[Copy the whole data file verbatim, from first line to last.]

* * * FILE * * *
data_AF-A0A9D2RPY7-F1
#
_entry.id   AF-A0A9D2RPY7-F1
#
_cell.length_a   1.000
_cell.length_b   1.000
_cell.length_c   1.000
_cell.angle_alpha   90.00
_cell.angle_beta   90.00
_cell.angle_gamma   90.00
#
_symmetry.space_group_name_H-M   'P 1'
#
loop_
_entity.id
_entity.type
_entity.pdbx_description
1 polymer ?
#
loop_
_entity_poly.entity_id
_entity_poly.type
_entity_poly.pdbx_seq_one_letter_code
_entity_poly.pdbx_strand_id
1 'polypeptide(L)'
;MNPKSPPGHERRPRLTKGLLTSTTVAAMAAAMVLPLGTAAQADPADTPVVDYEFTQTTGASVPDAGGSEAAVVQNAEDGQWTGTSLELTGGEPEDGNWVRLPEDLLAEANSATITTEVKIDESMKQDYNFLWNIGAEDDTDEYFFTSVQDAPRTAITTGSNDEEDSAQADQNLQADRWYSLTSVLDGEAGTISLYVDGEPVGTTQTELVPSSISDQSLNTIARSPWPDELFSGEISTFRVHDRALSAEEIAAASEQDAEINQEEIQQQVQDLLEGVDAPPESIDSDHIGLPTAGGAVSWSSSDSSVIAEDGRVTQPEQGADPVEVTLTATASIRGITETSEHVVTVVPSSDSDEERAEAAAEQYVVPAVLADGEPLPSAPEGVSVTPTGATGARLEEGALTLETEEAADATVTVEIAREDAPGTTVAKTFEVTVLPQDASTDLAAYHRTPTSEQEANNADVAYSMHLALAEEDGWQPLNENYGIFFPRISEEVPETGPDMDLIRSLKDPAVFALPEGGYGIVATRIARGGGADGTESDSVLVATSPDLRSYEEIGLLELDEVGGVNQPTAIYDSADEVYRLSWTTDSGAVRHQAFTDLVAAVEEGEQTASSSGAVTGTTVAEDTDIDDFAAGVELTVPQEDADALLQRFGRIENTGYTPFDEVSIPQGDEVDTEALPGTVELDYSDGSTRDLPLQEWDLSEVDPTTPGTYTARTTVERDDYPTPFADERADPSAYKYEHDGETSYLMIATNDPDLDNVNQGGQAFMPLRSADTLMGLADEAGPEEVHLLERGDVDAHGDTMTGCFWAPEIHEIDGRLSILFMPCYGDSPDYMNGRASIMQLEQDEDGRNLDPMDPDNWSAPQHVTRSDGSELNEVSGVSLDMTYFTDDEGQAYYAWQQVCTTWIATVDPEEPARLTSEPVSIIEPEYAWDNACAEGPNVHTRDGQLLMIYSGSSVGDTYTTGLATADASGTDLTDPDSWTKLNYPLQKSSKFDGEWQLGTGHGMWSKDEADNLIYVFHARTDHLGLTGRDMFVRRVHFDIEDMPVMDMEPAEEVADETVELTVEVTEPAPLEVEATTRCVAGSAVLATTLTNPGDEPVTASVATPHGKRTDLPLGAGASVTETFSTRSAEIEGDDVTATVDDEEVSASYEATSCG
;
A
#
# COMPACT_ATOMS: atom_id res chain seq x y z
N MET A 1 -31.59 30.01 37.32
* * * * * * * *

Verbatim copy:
data_AF-A0A9D2RPY7-F1
#
_entry.id   AF-A0A9D2RPY7-F1
#
_cell.length_a   1.000
_cell.length_b   1.000
_cell.length_c   1.000
_cell.angle_alpha   90.00
_cell.angle_beta   90.00
_cell.angle_gamma   90.00
#
_symmetry.space_group_name_H-M   'P 1'
#
loop_
_entity.id
_entity.type
_entity.pdbx_description
1 polymer ?
#
loop_
_entity_poly.entity_id
_entity_poly.type
_entity_poly.pdbx_seq_one_letter_code
_entity_poly.pdbx_strand_id
1 'polypeptide(L)'
;MNPKSPPGHERRPRLTKGLLTSTTVAAMAAAMVLPLGTAAQADPADTPVVDYEFTQTTGASVPDAGGSEAAVVQNAEDGQWTGTSLELTGGEPEDGNWVRLPEDLLAEANSATITTEVKIDESMKQDYNFLWNIGAEDDTDEYFFTSVQDAPRTAITTGSNDEEDSAQADQNLQADRWYSLTSVLDGEAGTISLYVDGEPVGTTQTELVPSSISDQSLNTIARSPWPDELFSGEISTFRVHDRALSAEEIAAASEQDAEINQEEIQQQVQDLLEGVDAPPESIDSDHIGLPTAGGAVSWSSSDSSVIAEDGRVTQPEQGADPVEVTLTATASIRGITETSEHVVTVVPSSDSDEERAEAAAEQYVVPAVLADGEPLPSAPEGVSVTPTGATGARLEEGALTLETEEAADATVTVEIAREDAPGTTVAKTFEVTVLPQDASTDLAAYHRTPTSEQEANNADVAYSMHLALAEEDGWQPLNENYGIFFPRISEEVPETGPDMDLIRSLKDPAVFALPEGGYGIVATRIARGGGADGTESDSVLVATSPDLRSYEEIGLLELDEVGGVNQPTAIYDSADEVYRLSWTTDSGAVRHQAFTDLVAAVEEGEQTASSSGAVTGTTVAEDTDIDDFAAGVELTVPQEDADALLQRFGRIENTGYTPFDEVSIPQGDEVDTEALPGTVELDYSDGSTRDLPLQEWDLSEVDPTTPGTYTARTTVERDDYPTPFADERADPSAYKYEHDGETSYLMIATNDPDLDNVNQGGQAFMPLRSADTLMGLADEAGPEEVHLLERGDVDAHGDTMTGCFWAPEIHEIDGRLSILFMPCYGDSPDYMNGRASIMQLEQDEDGRNLDPMDPDNWSAPQHVTRSDGSELNEVSGVSLDMTYFTDDEGQAYYAWQQVCTTWIATVDPEEPARLTSEPVSIIEPEYAWDNACAEGPNVHTRDGQLLMIYSGSSVGDTYTTGLATADASGTDLTDPDSWTKLNYPLQKSSKFDGEWQLGTGHGMWSKDEADNLIYVFHARTDHLGLTGRDMFVRRVHFDIEDMPVMDMEPAEEVADETVELTVEVTEPAPLEVEATTRCVAGSAVLATTLTNPGDEPVTASVATPHGKRTDLPLGAGASVTETFSTRSAEIEGDDVTATVDDEEVSASYEATSCG
;
A
#
# COMPACT_ATOMS: atom_id res chain seq x y z
N MET A 1 -31.59 30.01 37.32